Autonomous delivery robots hit Japanese streets

A robot knocks on your door to deliver a freshly brewed cup of coffee, which you ordered just minutes earlier with one tap on your smartphone. This vision of the future could soon turn into reality as Japanese companies have started testing autonomous delivery robots on public streets. This comes as the need for social distancing amid the coronavirus pandemic has pushed up demand for autonomous delivery services.

Japan Post began testing a self-driving mail delivery robot on the streets of Tokyo last September. The prototype can carry packages weighing up to 30 kilograms, and travel at a speed of 6 kilometers per hour, slightly faster than walking pace. Built-in cameras and sensors enable the robot to wait at red lights and avoid pedestrians and cars. The ongoing trials aim to determine if the robot can be safely operated using a remote monitoring system.

Japan Post self-driving mail delivery robot

Electronics giant Panasonic has also joined the self-delivery race and is tapping into its immense resources to get a leg up. The company is currently testing a robot on the streets of its Fujisawa Sustainable Smart Town facility located outside of Tokyo. The robot is designed to be able to make several stops, picking up and delivering groceries at a number of stores and homes on a particular route. Panasonic says it also hopes to use big data to make the robot responsive to individual customer needs.

Panasonic self-driving robot

E-Commerce giant Rakuten started running trials of a delivery robot in Yokosuka City, Kanagawa Prefecture last month. The city is struggling with an aging population and hopes Rakuten's robots can help residents who have trouble traveling on its winding roads and steep slopes.

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The Japanese government is completely on board with these efforts. Officials are currently in talks to ease regulations on self-delivery robots, which are prohibited from running on public roads without close human monitoring.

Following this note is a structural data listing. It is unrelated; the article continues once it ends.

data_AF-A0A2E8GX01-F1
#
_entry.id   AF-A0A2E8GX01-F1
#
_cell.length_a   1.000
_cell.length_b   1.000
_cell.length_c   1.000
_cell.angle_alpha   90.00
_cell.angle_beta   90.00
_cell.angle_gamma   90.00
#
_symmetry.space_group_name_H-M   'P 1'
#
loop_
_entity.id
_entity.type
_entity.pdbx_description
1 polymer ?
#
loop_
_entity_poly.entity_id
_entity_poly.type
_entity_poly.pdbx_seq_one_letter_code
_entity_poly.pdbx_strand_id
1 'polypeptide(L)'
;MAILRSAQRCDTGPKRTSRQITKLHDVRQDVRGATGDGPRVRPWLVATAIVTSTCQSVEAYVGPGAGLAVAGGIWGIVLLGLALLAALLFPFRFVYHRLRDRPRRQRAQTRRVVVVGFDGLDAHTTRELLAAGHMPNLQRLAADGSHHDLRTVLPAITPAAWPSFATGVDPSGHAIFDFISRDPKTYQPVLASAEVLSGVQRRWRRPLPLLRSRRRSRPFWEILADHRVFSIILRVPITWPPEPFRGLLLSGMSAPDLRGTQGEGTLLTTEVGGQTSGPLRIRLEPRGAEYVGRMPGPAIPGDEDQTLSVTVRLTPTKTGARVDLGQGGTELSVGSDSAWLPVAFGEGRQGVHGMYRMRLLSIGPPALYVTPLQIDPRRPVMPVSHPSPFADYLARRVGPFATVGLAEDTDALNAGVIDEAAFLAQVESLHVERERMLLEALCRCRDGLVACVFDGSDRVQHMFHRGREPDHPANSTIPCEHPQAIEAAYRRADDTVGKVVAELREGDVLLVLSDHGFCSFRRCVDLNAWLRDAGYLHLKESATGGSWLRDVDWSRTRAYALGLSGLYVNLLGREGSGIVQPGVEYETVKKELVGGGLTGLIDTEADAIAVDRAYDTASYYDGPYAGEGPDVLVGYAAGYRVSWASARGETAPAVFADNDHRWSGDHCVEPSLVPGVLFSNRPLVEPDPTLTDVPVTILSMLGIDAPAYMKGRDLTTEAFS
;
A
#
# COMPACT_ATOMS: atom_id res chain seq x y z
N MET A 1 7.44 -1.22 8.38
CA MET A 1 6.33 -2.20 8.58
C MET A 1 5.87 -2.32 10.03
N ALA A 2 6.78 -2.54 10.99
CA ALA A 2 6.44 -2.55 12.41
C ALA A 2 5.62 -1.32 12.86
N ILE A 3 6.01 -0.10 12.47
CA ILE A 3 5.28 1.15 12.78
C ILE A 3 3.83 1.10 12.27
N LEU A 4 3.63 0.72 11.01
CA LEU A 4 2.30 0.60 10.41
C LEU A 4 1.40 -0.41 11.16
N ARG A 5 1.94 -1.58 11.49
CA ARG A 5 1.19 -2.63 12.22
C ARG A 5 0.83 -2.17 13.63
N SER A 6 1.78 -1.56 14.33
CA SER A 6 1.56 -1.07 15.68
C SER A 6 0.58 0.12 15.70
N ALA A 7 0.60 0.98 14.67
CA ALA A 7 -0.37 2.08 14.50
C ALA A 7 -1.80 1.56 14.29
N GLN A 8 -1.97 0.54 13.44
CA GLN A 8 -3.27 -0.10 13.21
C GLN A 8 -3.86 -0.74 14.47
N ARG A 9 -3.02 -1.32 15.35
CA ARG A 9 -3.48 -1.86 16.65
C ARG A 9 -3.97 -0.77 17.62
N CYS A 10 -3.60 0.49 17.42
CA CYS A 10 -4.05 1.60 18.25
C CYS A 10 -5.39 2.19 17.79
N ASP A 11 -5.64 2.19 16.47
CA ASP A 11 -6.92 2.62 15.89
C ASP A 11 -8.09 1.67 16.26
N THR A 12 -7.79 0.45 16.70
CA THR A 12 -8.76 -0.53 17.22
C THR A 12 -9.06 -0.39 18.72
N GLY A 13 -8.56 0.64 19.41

But experts say there are still two major challenges that need to be overcome before such robots become a common sight on the streets of Japan. One is traffic safety. While the robots are equipped with a range of safety mechanisms, including emergency sensors that contact remote monitoring centers, regulators are being extremely cautious in approving their use.

The second hurdle is cost. The level of testing currently required demands one-on-one monitoring by human staff. The price of such a comprehensive trial procedure can be prohibitive.

But if they can overcome these challenges, companies like Panasonic and Rakuten can look forward to a self-delivery market that experts say will surge in the next few years. Services similar to the ones they are developing have been given the green light in parts of Europe and the US. And in China, self-driving robots can already be seen on the streets of Shenzhen.

The Japanese government hopes to ramp up competition in the field in the new year. It intends to make efforts on the legislative front, either in the form of an amendment or a new law, to encourage more companies to get involved. Regardless of what happens with the pandemic, 2021 looks on track to be the year of the self-driving robot.